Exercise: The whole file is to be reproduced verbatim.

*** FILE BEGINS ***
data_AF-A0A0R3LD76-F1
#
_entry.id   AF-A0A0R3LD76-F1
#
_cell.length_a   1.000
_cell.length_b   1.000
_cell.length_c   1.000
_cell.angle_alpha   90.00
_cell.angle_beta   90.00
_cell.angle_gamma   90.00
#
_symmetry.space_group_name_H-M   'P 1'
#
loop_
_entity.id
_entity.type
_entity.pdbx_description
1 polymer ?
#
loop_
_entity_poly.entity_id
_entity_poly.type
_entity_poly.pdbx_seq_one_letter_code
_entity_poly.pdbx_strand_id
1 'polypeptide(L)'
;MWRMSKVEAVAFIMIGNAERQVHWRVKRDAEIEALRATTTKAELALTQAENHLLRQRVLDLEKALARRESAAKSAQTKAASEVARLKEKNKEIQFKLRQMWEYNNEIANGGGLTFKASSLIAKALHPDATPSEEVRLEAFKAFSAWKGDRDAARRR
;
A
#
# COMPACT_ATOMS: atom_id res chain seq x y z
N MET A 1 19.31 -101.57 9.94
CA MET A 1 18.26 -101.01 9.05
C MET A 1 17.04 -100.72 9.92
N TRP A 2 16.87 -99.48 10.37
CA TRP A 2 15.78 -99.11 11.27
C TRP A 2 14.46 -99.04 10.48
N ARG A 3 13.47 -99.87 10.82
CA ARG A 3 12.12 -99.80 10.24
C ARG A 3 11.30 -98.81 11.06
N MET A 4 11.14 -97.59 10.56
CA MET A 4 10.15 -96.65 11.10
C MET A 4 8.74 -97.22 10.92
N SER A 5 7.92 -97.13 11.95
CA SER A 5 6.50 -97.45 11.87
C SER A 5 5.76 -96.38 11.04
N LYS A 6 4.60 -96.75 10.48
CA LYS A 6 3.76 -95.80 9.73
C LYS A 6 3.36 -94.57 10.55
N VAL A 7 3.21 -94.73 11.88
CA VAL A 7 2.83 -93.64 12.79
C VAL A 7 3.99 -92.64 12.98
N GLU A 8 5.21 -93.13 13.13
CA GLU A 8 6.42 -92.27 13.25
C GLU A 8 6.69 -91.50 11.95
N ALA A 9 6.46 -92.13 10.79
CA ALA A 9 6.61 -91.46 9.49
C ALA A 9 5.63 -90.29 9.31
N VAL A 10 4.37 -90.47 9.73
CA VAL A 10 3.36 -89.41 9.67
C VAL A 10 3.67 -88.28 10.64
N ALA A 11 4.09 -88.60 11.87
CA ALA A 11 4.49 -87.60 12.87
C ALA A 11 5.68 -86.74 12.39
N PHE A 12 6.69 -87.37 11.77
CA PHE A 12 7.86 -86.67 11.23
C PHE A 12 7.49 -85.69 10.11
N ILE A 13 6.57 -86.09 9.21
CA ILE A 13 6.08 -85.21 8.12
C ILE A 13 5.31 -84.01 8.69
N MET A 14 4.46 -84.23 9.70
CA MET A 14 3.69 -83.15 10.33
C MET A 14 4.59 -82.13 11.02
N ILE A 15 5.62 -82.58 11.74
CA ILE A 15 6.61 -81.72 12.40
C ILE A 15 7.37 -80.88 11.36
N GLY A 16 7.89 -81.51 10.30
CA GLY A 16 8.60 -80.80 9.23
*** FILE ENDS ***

data_AF-A0A0R3LD76-F1
#
_entry.id   AF-A0A0R3LD76-F1
#
_cell.length_a   1.000
_cell.length_b   1.000
_cell.length_c   1.000
_cell.angle_alpha   90.00
_cell.angle_beta   90.00
_cell.angle_gamma   90.00
#
_symmetry.space_group_name_H-M   'P 1'
#
loop_
_entity.id
_entity.type
_entity.pdbx_description
1 polymer ?
#
loop_
_entity_poly.entity_id
_entity_poly.type
_entity_poly.pdbx_seq_one_letter_code
_entity_poly.pdbx_strand_id
1 'polypeptide(L)'
;MWRMSKVEAVAFIMIGNAERQVHWRVKRDAEIEALRATTTKAELALTQAENHLLRQRVLDLEKALARRESAAKSAQTKAASEVARLKEKNKEIQFKLRQMWEYNNEIANGGGLTFKASSLIAKALHPDATPSEEVRLEAFKAFSAWKGDRDAARRR
;
A
#
# COMPACT_ATOMS: atom_id res chain seq x y z
N MET A 1 19.31 -101.57 9.94
CA MET A 1 18.26 -101.01 9.05
C MET A 1 17.04 -100.72 9.92
N TRP A 2 16.87 -99.48 10.37
CA TRP A 2 15.78 -99.11 11.27
C TRP A 2 14.46 -99.04 10.48
N ARG A 3 13.47 -99.87 10.82
CA ARG A 3 12.12 -99.80 10.24
C ARG A 3 11.30 -98.81 11.06
N MET A 4 11.14 -97.59 10.56
CA MET A 4 10.15 -96.65 11.10
C MET A 4 8.74 -97.22 10.92
N SER A 5 7.92 -97.13 11.95
CA SER A 5 6.50 -97.45 11.87
C SER A 5 5.76 -96.38 11.04
N LYS A 6 4.60 -96.75 10.48
CA LYS A 6 3.76 -95.80 9.73
C LYS A 6 3.36 -94.57 10.55
N VAL A 7 3.21 -94.73 11.88
CA VAL A 7 2.83 -93.64 12.79
C VAL A 7 3.99 -92.64 12.98
N GLU A 8 5.21 -93.13 13.13
CA GLU A 8 6.42 -92.27 13.25
C GLU A 8 6.69 -91.50 11.95
N ALA A 9 6.46 -92.13 10.79
CA ALA A 9 6.61 -91.46 9.49
C ALA A 9 5.63 -90.29 9.31
N VAL A 10 4.37 -90.47 9.73
CA VAL A 10 3.36 -89.41 9.67
C VAL A 10 3.67 -88.28 10.64
N ALA A 11 4.09 -88.60 11.87
CA ALA A 11 4.49 -87.60 12.87
C ALA A 11 5.68 -86.74 12.39
N PHE A 12 6.69 -87.37 11.77
CA PHE A 12 7.86 -86.67 11.23
C PHE A 12 7.49 -85.69 10.11
N ILE A 13 6.57 -86.09 9.21
CA ILE A 13 6.08 -85.21 8.12
C ILE A 13 5.31 -84.01 8.69
N MET A 14 4.46 -84.23 9.70
CA MET A 14 3.69 -83.15 10.33
C MET A 14 4.59 -82.13 11.02
N ILE A 15 5.62 -82.58 11.74
CA ILE A 15 6.61 -81.72 12.40
C ILE A 15 7.37 -80.88 11.36
N GLY A 16 7.89 -81.51 10.30
CA GLY A 16 8.60 -80.80 9.23